“It’s not that we don’t want to send our children to school, but if every one is in school who would remain here and work,” one of the parents said. “This is who we are and our children should continue this living.”

But the lot loitering around school with fancy hairstyle and attire has left teachers worried about such lifestyle influencing the little ones to also leave school while village elders are worried about their tradition and culture being diluted.

Since only three individuals are allowed to collect cordycep from each household, families are splitting. This rule is cited as the main reason for the increasing number of houses in the gewog.

Layaps pay at least five times the national daily wage to construction workers, who flock from across the country to cash in. A few have as many as four houses while many own at least two.

For instance, Lungo village has seen its number of houses increase from 33 to 65 in the last nine years.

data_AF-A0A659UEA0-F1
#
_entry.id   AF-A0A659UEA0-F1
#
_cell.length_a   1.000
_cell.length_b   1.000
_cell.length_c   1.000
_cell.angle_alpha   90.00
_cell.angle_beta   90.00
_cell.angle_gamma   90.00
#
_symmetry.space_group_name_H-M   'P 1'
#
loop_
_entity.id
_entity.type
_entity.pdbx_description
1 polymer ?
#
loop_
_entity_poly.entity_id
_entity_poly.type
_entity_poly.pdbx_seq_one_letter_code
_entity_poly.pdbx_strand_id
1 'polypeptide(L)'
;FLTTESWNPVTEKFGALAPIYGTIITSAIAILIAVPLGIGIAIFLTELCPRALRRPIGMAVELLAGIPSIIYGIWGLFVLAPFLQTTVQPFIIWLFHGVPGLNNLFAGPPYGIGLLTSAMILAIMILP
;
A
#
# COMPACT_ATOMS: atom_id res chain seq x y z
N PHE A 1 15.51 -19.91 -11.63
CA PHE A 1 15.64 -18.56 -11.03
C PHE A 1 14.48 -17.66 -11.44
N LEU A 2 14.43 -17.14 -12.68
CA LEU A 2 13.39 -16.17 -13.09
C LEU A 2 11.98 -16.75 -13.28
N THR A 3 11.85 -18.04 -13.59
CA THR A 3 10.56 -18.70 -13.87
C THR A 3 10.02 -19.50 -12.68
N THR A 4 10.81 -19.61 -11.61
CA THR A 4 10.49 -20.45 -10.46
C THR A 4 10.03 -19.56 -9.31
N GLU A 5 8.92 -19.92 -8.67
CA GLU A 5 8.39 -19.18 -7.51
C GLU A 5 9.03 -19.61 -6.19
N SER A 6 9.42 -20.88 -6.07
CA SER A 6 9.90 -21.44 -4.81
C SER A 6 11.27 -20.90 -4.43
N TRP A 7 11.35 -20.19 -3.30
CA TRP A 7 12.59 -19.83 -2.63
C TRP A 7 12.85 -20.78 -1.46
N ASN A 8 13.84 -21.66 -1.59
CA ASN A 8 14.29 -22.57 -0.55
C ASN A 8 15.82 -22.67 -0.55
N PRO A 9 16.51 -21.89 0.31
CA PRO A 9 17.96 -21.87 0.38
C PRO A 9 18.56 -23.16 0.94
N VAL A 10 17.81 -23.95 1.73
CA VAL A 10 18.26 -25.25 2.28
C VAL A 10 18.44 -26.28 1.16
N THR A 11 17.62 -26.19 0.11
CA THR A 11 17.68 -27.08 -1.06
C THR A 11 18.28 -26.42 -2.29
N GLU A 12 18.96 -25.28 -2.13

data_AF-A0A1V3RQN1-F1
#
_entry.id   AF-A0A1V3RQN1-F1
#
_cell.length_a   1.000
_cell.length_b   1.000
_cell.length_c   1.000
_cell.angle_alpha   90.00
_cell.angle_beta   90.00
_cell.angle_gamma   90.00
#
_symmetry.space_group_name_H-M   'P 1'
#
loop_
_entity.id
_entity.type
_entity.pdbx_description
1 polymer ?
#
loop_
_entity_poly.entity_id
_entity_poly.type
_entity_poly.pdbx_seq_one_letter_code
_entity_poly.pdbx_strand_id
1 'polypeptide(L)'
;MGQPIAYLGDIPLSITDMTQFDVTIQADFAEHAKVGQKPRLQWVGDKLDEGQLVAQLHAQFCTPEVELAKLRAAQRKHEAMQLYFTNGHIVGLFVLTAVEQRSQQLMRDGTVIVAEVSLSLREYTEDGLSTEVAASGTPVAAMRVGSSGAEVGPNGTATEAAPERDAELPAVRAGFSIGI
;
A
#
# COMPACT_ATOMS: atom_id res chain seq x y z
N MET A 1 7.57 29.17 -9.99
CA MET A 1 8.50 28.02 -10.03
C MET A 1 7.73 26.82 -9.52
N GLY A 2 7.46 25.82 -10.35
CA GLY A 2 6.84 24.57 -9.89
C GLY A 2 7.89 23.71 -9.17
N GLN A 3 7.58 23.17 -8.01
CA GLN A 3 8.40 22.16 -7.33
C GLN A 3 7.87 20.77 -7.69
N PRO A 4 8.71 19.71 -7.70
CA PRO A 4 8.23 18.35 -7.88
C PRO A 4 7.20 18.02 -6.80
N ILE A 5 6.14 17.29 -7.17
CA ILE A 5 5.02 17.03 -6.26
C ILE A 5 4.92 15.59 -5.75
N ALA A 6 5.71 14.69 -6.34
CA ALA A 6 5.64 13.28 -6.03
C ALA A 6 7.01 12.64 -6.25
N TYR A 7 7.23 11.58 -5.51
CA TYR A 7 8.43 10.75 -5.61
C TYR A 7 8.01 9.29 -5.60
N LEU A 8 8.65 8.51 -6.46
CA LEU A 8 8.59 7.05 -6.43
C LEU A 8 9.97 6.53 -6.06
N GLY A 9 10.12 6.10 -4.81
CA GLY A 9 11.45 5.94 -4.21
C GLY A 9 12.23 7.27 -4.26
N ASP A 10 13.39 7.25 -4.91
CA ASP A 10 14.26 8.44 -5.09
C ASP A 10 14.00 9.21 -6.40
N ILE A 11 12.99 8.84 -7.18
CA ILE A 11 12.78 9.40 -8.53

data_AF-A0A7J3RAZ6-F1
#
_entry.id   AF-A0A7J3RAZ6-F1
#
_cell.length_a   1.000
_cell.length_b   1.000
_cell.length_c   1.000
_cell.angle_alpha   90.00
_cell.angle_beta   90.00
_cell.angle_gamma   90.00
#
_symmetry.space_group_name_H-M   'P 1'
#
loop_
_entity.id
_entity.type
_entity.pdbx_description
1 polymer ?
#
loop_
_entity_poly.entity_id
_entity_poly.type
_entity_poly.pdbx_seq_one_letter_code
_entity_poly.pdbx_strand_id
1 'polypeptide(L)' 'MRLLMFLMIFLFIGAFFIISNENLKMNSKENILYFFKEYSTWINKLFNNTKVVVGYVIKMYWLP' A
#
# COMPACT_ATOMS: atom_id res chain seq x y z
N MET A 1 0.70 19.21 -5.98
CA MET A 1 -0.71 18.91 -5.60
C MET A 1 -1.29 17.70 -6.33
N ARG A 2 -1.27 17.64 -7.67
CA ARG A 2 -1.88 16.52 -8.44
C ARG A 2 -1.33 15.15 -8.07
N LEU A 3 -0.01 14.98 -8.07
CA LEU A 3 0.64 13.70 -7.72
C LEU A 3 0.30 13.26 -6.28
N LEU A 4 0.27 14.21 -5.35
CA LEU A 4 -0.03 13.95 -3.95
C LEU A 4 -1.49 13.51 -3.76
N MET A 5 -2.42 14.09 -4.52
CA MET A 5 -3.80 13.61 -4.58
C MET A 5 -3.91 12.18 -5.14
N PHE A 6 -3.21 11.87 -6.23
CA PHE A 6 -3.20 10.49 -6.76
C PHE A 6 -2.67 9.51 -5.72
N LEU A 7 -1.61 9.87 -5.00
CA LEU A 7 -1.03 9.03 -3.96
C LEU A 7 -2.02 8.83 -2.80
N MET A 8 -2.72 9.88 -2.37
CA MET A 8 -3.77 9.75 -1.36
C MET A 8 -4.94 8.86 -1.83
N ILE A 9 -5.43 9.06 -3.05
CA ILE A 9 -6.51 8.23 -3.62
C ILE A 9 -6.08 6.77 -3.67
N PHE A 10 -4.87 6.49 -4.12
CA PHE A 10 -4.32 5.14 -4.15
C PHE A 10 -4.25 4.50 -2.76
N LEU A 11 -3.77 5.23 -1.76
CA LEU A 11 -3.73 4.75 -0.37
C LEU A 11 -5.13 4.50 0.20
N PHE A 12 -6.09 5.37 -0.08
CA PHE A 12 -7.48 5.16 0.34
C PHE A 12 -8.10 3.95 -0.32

With the death of the gewog’s lone butcher last year, many households with smaller herd of livestock have sold their yaks to Lunana.

The change in Layaps’ fortune has reversed their roles as well. Foresters who were once their worst fears have now turned into the guardian of their livelihood.

The issue of cordycep’s sustainability is at the heart of their fears for their children’s future.

“Park officials are doing their best to ensure that only we benefit from this resource and in sustaining it,” Kinley Dorji from Pazhi village said.

The gewog is likely to prosper further. It will be connected with electricity, a bank, community centre, and motorable road within a year.